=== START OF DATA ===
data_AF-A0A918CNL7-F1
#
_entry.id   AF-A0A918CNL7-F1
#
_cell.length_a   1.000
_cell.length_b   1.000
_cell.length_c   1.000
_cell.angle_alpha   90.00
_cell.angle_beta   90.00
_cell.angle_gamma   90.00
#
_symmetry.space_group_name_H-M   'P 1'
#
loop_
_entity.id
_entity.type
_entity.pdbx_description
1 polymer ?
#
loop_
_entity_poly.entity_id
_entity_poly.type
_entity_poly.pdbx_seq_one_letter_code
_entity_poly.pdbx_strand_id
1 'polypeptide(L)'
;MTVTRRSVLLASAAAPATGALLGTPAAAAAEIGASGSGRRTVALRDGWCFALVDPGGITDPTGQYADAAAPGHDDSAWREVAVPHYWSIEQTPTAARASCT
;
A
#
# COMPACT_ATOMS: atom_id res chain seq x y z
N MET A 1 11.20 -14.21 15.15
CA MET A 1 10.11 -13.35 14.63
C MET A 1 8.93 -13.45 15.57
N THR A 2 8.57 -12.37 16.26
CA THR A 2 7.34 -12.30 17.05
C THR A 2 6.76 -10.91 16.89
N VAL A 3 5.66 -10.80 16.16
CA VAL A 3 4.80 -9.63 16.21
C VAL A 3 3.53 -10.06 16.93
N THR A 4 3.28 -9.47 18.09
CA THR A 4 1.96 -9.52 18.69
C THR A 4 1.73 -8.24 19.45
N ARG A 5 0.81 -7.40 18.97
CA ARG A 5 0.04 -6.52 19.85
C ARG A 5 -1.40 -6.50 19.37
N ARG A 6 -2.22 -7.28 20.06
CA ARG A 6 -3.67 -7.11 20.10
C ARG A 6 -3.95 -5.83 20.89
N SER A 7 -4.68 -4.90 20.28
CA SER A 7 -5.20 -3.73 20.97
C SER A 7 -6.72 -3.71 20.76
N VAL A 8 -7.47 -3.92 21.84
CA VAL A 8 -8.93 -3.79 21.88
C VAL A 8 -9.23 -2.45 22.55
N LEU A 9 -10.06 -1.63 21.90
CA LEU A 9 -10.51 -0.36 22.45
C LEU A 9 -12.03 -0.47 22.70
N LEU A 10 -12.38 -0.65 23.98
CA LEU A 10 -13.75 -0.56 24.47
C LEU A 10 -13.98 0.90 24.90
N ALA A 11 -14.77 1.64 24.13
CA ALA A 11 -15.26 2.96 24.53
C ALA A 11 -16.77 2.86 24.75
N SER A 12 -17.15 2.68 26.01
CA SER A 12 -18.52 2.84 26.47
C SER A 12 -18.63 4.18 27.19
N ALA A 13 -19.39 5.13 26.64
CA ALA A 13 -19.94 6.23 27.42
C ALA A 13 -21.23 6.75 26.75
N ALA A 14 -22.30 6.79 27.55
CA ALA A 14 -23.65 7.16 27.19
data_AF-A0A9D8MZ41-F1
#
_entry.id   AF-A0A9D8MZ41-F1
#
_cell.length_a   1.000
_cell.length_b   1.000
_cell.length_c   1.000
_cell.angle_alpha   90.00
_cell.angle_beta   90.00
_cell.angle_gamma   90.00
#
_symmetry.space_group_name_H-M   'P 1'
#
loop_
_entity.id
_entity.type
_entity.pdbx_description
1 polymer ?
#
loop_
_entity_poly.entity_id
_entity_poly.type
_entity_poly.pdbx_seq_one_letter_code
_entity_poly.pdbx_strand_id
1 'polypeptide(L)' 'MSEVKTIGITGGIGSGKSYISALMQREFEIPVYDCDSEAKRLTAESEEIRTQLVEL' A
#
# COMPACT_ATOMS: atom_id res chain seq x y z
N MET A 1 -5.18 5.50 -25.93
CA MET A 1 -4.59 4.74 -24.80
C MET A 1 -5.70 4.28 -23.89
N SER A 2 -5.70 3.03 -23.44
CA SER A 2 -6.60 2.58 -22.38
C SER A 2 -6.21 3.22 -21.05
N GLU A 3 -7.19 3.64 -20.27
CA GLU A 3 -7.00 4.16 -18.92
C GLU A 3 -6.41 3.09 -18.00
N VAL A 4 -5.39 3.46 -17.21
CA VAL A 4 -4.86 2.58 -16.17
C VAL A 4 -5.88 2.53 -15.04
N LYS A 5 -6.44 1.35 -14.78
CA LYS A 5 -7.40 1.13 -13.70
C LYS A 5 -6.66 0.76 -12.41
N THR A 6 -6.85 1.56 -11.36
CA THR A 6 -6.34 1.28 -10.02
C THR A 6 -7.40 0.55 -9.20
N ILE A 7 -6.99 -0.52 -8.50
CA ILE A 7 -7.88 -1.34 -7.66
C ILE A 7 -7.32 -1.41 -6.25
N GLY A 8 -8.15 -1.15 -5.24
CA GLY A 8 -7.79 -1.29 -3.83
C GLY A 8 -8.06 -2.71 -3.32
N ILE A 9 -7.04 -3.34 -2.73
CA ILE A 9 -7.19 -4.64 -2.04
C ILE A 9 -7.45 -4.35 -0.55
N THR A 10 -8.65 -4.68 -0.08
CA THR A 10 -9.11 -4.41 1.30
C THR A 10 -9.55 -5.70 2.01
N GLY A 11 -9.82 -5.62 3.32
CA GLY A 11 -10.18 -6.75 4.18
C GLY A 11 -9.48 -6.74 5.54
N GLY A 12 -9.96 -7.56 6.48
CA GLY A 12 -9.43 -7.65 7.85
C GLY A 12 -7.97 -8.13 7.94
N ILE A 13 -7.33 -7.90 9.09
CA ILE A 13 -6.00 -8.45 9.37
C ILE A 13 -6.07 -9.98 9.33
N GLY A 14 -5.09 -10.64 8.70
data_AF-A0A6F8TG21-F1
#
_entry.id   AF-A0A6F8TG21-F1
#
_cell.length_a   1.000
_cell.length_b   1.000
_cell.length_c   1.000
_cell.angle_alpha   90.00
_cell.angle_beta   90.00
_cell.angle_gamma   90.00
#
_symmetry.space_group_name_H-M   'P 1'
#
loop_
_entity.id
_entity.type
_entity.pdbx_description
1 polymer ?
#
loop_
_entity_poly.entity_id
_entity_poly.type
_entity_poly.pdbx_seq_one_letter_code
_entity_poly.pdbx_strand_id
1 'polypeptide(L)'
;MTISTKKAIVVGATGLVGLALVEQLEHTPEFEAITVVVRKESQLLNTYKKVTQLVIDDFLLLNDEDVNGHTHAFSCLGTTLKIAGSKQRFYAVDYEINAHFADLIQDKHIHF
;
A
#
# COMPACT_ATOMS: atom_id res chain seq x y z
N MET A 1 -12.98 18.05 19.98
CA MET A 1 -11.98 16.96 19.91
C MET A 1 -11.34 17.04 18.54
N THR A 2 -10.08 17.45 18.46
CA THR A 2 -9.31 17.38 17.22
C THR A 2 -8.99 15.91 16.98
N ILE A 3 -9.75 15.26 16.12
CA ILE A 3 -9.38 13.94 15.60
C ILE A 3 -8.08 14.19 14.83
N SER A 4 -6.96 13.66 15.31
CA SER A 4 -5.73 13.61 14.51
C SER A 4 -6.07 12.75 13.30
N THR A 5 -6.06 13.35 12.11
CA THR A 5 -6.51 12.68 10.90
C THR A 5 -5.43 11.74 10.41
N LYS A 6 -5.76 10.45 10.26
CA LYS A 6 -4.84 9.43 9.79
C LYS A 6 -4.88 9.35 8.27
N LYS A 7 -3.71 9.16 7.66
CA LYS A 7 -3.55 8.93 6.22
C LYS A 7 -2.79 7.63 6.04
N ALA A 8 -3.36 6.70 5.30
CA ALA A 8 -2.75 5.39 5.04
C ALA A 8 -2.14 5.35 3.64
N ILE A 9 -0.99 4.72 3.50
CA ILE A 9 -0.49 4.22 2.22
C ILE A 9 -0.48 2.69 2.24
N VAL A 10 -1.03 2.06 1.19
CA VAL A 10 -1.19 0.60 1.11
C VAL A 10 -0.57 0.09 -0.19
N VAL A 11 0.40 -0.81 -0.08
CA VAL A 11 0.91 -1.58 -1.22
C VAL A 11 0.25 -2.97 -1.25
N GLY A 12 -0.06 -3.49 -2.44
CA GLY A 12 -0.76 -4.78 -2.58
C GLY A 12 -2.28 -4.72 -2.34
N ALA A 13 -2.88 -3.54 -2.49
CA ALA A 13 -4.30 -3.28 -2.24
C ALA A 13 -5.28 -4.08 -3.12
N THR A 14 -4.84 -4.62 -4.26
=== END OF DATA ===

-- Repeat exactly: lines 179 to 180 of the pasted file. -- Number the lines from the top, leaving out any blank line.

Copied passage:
CA SER A 4 -5.73 13.61 14.51
C SER A 4 -6.07 12.75 13.30